Posted in November 2007

SaaS Platforms – Beyond the Hype

Josh Greenbaum is a pretty smart guy, and I respect his opinions he expresses in the Enterprise Anti-Matter blog. He has taken a pretty skeptical stance on a lot of the technology trends that have surfaced – looking for real value beyond the hype factor coming out of a lot of the companies in the … Continue reading

Dell’s dream of simplified IT

In case you missed it because you were too busy eating turkey, last week Dell announced it is going to buy privately-held Everdream Corporation, a nine-year old ISV that does agent-based software-as-a-service (SaaS) solution for remote-service management. The planned acquisition is part of Dell’s newfangled attempt of simplifying IT, with Everdream’s capabilities providing a nice … Continue reading

The Sugar community: a social network or not?

Paul Greenberg bring up an interesting point in his most recent blog posting. What really is the difference between social networks and online communities? I would like to think that a community offers slightly more inherent value than a social network on a more consistent basis. SugarCRM has a strong community — alive in the … Continue reading

Are SMBs Really Ready for Open Source?

A new report by The 451 Group, my former employer, claims the small and medium-sized businesses(SMBs) market isn’t the “hot market” opportunity for open source vendors that many have always considered it to be. The report cites a number of reasons, including the cash-strapped environment SMB companies typically operate in and the resulting limited IT … Continue reading

The Future of Open Source

Just like CRM over the past couple of years, it appears that open source concepts are starting to take root at the university level, and now even at the pre-college level. I came across this interesting CNET blog about a contest that Google announced Wednesday to get students who haven’t started college interested in open … Continue reading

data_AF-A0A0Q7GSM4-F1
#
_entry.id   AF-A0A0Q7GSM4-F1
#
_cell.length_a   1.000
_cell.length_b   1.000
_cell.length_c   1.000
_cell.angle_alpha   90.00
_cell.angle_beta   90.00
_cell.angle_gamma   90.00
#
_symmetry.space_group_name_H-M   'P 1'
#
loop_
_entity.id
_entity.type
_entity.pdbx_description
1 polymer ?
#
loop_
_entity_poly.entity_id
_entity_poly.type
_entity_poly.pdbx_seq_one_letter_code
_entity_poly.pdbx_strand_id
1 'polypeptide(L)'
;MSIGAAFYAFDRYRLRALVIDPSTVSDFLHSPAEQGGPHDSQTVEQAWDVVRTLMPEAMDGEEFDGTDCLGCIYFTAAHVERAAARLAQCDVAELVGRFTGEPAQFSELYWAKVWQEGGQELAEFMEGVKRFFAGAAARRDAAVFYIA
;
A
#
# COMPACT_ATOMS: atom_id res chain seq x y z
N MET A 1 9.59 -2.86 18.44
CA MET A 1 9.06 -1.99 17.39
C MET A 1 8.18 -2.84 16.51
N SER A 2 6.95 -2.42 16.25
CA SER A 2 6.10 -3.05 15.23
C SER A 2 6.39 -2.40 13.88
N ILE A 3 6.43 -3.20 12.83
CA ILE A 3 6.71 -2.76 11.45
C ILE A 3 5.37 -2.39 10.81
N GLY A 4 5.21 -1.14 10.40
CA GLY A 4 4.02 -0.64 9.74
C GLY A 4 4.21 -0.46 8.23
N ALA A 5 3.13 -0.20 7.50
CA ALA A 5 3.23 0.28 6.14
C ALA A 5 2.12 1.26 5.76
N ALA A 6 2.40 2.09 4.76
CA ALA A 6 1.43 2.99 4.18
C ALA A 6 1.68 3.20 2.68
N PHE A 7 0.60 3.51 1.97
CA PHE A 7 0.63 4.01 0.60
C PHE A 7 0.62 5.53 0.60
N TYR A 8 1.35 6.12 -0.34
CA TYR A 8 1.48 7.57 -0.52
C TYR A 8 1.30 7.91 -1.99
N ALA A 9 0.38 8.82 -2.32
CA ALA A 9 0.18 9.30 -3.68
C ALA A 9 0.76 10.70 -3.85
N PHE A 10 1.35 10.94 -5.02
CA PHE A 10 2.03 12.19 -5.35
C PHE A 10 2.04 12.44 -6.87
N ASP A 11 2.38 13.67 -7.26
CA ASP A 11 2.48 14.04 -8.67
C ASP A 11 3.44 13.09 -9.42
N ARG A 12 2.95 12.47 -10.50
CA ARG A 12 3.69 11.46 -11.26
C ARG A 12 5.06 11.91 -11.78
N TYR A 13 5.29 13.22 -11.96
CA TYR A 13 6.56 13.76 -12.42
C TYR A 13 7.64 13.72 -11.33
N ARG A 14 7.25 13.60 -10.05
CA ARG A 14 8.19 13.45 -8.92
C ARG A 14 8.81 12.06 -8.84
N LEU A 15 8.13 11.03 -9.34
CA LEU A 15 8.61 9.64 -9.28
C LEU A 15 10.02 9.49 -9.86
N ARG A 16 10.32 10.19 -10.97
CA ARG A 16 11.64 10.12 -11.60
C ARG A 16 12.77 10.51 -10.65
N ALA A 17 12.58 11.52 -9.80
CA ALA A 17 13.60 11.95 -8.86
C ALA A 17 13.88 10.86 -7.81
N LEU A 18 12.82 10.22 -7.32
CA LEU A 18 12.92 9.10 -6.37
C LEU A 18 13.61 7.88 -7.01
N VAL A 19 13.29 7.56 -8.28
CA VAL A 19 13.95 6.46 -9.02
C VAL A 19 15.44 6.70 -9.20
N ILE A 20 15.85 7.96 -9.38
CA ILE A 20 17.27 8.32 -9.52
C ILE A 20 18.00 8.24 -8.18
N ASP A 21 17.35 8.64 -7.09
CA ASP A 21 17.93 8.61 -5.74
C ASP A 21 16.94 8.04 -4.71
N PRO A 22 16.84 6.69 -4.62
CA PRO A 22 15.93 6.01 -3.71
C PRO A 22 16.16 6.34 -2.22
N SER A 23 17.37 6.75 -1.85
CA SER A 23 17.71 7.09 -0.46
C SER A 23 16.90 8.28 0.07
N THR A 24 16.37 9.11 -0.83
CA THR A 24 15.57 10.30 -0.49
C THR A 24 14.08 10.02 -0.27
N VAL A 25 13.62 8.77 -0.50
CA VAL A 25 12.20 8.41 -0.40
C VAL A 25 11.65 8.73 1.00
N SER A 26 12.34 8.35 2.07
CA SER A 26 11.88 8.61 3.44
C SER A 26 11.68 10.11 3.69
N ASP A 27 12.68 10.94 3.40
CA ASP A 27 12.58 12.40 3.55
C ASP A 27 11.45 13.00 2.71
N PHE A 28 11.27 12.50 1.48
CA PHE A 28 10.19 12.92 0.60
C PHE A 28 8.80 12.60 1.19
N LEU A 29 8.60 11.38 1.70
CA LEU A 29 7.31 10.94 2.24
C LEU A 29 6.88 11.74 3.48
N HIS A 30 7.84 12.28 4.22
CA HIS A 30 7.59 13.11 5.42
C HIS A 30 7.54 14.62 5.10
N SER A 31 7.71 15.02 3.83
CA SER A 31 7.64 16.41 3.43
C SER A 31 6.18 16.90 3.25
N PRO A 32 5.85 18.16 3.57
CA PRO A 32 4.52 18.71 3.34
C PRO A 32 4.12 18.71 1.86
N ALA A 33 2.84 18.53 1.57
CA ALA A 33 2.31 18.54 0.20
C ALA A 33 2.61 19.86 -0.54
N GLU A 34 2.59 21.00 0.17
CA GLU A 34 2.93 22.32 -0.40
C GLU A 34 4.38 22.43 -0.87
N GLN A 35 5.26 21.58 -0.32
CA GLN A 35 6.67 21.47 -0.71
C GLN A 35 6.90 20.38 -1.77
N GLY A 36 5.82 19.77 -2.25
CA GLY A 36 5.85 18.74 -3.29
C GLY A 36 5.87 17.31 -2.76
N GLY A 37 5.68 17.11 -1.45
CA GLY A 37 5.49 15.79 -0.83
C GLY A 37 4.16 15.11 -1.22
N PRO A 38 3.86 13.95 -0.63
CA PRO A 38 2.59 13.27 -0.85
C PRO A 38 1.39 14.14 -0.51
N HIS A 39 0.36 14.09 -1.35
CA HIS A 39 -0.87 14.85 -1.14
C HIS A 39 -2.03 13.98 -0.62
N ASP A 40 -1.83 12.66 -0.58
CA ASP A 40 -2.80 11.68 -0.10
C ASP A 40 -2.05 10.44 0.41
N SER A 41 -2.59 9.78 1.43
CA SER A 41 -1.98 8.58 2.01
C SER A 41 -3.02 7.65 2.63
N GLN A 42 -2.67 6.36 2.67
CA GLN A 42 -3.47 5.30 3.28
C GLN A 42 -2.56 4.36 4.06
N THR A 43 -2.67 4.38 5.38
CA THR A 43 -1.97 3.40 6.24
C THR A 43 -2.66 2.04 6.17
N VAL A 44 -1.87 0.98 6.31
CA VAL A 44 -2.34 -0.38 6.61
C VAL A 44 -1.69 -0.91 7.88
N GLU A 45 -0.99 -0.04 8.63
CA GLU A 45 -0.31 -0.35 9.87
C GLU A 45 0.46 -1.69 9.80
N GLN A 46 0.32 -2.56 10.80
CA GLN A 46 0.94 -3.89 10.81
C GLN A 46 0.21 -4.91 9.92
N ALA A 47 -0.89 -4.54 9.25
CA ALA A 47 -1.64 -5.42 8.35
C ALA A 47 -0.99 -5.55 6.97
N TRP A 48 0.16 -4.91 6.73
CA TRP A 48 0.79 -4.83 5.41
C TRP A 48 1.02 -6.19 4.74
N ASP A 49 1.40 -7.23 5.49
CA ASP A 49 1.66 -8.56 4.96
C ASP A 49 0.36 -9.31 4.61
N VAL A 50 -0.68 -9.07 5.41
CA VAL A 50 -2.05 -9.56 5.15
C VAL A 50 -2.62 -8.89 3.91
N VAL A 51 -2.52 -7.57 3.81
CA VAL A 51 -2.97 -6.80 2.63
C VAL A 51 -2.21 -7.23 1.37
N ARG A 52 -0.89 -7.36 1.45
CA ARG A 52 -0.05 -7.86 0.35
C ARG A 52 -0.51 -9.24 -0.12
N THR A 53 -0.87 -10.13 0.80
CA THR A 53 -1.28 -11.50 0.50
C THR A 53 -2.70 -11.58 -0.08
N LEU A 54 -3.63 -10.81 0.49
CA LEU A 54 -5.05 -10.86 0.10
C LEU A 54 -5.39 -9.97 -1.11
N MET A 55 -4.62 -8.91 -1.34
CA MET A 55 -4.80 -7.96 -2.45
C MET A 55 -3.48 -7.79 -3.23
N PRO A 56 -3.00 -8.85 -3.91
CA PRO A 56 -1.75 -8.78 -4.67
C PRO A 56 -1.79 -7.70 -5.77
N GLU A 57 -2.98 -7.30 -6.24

Self-Loathing SalesPeople

I am a big fan of just about anything Michael Lewis writes. Liar’s Poker, Moneyball, The Blind Side are all great books that put an irreverent spin on conventional wisdom. In the most recent issue of Conde’ Nast’s Portfolio, Lewis takes a look at how Blain Lourde, a successful Wall Street stock broker, grew disenchanted … Continue reading

Google.org’s Green Initiative

As an analyst, I heard a lot of talk from some vendors (who will remain nameless) about the importance of philanthropy, giving back…etc. But Google, who I am sometimes critical of, has actually been doing rather than simply giving. The latest out of Google.org has the company seeking affordable, renewable sources of energy. In an … Continue reading

Verizon Wireless Opens Up

Telecom giant Verizon announced that they’ll be providing customers the option to use, on its nationwide wireless network, wireless devices, software, and applications not offered by the company. While not open source in the traditional sense, I nevertheless found this announcement an interesting play by a bluechip company in an industry known for being severely … Continue reading

Open Source and the Customization Connundrum

Matt Asay’s always great blog referenced an Information World article that talks about just how much code is “out there.” The article gets into all those custom lines of code attached to legacy and packaged applications, etc. Here’s what the CEO of Krugle feels is the dollar value associated with all of this code lying … Continue reading

Sugar Goes 2 for 3

Continuing on the theme of flexibility, Sugar won two of the three biggest awards at the CRM-Expo in Germany. This event is the biggest CRM conference in Europe with all the usual suspects in attendance. Oftentimes, these awards are pay-for-play, but this one is most assuredly not. Microsoft, SAP, and Salesforce.com all had booths and … Continue reading